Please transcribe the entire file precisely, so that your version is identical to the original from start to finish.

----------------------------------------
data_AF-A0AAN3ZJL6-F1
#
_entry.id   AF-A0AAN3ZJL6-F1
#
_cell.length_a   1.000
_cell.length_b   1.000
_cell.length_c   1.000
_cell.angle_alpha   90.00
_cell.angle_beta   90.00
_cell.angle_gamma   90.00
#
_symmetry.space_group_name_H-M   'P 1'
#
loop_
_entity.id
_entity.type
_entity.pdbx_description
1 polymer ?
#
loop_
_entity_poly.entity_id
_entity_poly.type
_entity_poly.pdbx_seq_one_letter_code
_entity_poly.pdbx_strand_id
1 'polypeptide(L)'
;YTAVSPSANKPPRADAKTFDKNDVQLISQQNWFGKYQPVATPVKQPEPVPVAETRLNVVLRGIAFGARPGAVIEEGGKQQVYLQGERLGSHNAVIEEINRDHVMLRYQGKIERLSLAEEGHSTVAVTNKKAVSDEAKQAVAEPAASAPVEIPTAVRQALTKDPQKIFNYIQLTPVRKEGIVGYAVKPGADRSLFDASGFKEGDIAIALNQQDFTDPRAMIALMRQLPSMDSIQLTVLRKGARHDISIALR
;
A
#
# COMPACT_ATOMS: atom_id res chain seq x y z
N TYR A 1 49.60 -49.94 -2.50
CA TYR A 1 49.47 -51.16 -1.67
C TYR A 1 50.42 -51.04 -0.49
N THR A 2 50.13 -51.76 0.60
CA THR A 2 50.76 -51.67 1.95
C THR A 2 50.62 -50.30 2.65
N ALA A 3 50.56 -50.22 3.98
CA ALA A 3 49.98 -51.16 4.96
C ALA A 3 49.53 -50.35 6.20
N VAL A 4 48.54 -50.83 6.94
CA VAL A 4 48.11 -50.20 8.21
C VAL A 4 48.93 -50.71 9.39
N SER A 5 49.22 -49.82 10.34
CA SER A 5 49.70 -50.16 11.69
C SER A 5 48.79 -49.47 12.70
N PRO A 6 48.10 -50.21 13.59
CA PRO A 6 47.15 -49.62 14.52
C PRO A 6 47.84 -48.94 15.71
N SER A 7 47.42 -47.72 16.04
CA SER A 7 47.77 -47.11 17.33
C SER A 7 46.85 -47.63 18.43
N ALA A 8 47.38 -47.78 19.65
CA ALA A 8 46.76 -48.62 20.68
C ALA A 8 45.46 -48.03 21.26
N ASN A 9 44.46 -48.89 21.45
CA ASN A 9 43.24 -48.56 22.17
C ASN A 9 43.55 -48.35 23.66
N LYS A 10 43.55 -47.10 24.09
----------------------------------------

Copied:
data_AF-A0AAN3ZJL6-F1
#
_entry.id   AF-A0AAN3ZJL6-F1
#
_cell.length_a   1.000
_cell.length_b   1.000
_cell.length_c   1.000
_cell.angle_alpha   90.00
_cell.angle_beta   90.00
_cell.angle_gamma   90.00
#
_symmetry.space_group_name_H-M   'P 1'
#
loop_
_entity.id
_entity.type
_entity.pdbx_description
1 polymer ?
#
loop_
_entity_poly.entity_id
_entity_poly.type
_entity_poly.pdbx_seq_one_letter_code
_entity_poly.pdbx_strand_id
1 'polypeptide(L)'
;YTAVSPSANKPPRADAKTFDKNDVQLISQQNWFGKYQPVATPVKQPEPVPVAETRLNVVLRGIAFGARPGAVIEEGGKQQVYLQGERLGSHNAVIEEINRDHVMLRYQGKIERLSLAEEGHSTVAVTNKKAVSDEAKQAVAEPAASAPVEIPTAVRQALTKDPQKIFNYIQLTPVRKEGIVGYAVKPGADRSLFDASGFKEGDIAIALNQQDFTDPRAMIALMRQLPSMDSIQLTVLRKGARHDISIALR
;
A
#
# COMPACT_ATOMS: atom_id res chain seq x y z
N TYR A 1 49.60 -49.94 -2.50
CA TYR A 1 49.47 -51.16 -1.67
C TYR A 1 50.42 -51.04 -0.49
N THR A 2 50.13 -51.76 0.60
CA THR A 2 50.76 -51.67 1.95
C THR A 2 50.62 -50.30 2.65
N ALA A 3 50.56 -50.22 3.98
CA ALA A 3 49.98 -51.16 4.96
C ALA A 3 49.53 -50.35 6.20
N VAL A 4 48.54 -50.83 6.94
CA VAL A 4 48.11 -50.20 8.21
C VAL A 4 48.93 -50.71 9.39
N SER A 5 49.22 -49.82 10.34
CA SER A 5 49.70 -50.16 11.69
C SER A 5 48.79 -49.47 12.70
N PRO A 6 48.10 -50.21 13.59
CA PRO A 6 47.15 -49.62 14.52
C PRO A 6 47.84 -48.94 15.71
N SER A 7 47.42 -47.72 16.04
CA SER A 7 47.77 -47.11 17.33
C SER A 7 46.85 -47.63 18.43
N ALA A 8 47.38 -47.78 19.65
CA ALA A 8 46.76 -48.62 20.68
C ALA A 8 45.46 -48.03 21.26
N ASN A 9 44.46 -48.89 21.45
CA ASN A 9 43.24 -48.56 22.17
C ASN A 9 43.55 -48.35 23.66
N LYS A 10 43.55 -47.10 24.09